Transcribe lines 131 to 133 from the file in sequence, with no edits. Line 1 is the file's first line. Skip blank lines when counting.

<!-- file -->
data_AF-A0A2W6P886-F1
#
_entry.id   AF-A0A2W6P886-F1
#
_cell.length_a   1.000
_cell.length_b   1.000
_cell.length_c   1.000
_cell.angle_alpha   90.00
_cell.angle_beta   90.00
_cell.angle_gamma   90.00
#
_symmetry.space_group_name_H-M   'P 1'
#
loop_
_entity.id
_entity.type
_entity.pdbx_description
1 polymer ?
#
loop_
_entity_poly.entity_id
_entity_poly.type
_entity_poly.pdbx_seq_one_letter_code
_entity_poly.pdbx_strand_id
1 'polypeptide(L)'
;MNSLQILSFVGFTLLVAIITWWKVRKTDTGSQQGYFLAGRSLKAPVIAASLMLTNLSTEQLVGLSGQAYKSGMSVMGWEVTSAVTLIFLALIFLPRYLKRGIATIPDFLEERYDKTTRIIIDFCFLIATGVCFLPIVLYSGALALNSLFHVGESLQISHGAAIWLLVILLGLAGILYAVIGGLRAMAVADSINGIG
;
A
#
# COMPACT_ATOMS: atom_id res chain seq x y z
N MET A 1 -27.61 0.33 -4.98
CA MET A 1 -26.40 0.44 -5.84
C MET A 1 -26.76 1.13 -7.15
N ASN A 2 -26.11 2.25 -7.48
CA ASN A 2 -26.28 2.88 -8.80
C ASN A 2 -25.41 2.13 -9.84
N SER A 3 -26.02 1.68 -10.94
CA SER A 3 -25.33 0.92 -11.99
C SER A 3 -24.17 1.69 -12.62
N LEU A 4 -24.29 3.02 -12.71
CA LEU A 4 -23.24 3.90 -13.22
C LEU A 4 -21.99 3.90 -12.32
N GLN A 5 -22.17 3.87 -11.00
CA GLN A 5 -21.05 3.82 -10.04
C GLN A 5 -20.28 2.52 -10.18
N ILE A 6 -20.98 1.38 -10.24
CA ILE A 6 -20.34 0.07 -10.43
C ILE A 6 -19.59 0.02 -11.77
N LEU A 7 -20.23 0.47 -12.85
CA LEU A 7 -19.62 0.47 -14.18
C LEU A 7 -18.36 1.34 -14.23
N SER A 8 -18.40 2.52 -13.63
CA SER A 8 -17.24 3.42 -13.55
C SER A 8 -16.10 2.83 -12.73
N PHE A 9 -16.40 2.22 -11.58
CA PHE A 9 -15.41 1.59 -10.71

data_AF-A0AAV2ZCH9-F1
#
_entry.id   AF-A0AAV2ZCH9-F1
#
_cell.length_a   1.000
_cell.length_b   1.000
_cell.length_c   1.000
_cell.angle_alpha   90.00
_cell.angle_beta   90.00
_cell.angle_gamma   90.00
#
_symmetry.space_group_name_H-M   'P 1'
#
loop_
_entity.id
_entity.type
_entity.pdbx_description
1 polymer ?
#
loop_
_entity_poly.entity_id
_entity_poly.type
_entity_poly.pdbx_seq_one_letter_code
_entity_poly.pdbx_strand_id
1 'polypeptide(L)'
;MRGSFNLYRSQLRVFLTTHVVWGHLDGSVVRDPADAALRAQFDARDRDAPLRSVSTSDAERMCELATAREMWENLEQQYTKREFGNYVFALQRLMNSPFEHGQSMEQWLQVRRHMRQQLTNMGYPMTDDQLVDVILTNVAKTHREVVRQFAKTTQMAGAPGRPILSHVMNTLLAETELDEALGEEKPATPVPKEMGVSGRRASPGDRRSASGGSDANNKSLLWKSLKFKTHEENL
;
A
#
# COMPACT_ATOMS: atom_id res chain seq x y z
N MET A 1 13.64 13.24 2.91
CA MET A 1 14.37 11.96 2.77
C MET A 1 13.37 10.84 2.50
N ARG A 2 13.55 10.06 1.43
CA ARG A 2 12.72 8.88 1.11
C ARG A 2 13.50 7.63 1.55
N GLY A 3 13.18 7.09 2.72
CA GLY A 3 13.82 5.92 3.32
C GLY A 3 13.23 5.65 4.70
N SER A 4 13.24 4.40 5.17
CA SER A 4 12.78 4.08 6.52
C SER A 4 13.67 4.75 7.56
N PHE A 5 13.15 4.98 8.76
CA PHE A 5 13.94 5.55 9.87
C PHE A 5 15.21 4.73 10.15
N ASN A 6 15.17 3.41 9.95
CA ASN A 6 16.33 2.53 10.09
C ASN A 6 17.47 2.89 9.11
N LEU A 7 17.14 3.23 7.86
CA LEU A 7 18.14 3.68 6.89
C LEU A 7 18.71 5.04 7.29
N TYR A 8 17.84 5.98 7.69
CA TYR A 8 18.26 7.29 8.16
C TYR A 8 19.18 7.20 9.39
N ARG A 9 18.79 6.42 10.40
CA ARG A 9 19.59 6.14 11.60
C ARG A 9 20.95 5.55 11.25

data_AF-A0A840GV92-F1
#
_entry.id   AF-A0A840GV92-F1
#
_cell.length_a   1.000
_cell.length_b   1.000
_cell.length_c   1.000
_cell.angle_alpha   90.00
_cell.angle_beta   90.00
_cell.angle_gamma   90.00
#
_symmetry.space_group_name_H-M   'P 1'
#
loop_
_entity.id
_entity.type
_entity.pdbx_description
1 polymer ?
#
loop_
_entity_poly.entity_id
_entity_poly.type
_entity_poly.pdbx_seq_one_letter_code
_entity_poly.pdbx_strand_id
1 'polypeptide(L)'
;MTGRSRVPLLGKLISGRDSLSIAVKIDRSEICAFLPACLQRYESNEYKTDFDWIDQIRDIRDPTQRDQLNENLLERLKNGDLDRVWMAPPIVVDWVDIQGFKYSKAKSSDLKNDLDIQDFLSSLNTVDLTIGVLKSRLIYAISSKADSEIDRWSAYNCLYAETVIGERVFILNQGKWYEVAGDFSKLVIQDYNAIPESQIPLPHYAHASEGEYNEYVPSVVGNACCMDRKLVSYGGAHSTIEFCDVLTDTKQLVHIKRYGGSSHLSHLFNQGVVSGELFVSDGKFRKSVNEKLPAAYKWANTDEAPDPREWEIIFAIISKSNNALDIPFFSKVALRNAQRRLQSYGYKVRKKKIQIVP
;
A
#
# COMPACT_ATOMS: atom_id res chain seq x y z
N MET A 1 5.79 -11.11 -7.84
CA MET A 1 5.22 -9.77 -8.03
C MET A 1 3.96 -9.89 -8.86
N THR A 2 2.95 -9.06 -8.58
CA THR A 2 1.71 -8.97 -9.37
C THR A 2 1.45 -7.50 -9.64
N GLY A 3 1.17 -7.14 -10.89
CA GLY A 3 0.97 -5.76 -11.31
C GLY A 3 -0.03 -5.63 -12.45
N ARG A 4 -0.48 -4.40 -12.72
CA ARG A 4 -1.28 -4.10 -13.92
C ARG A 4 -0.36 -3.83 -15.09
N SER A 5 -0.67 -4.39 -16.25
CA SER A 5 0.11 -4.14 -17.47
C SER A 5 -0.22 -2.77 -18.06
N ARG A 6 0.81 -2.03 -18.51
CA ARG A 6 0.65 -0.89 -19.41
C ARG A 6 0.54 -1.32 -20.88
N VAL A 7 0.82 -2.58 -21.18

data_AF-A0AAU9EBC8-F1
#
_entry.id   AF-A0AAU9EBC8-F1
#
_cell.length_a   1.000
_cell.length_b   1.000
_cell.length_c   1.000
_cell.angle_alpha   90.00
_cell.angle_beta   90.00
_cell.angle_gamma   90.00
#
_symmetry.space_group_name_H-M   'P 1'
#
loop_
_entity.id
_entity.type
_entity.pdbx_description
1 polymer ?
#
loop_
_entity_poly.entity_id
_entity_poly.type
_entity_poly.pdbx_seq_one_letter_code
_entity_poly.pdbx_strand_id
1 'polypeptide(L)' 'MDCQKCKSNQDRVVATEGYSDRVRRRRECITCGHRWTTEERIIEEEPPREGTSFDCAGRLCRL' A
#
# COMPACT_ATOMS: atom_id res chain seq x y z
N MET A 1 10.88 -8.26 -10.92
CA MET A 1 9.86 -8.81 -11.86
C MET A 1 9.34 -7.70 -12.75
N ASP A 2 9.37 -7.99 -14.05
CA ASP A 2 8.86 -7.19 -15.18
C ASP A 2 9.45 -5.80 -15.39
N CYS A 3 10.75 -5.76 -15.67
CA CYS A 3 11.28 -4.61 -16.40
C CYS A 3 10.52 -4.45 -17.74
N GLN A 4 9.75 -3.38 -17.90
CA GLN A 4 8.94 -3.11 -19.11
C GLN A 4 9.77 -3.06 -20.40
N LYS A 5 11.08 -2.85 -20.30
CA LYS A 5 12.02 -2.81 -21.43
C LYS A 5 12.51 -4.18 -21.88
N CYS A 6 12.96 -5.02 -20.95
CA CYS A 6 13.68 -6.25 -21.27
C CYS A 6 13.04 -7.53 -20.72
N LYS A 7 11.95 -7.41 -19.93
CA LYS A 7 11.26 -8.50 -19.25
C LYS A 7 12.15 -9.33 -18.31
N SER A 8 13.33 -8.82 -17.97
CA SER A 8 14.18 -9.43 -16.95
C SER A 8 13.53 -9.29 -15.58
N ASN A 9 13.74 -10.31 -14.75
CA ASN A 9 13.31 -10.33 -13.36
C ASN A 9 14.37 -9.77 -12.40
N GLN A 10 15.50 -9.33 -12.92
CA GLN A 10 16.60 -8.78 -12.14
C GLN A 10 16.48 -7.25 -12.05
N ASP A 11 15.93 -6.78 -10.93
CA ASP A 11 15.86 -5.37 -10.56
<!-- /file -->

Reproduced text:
1 polymer ?
#
loop_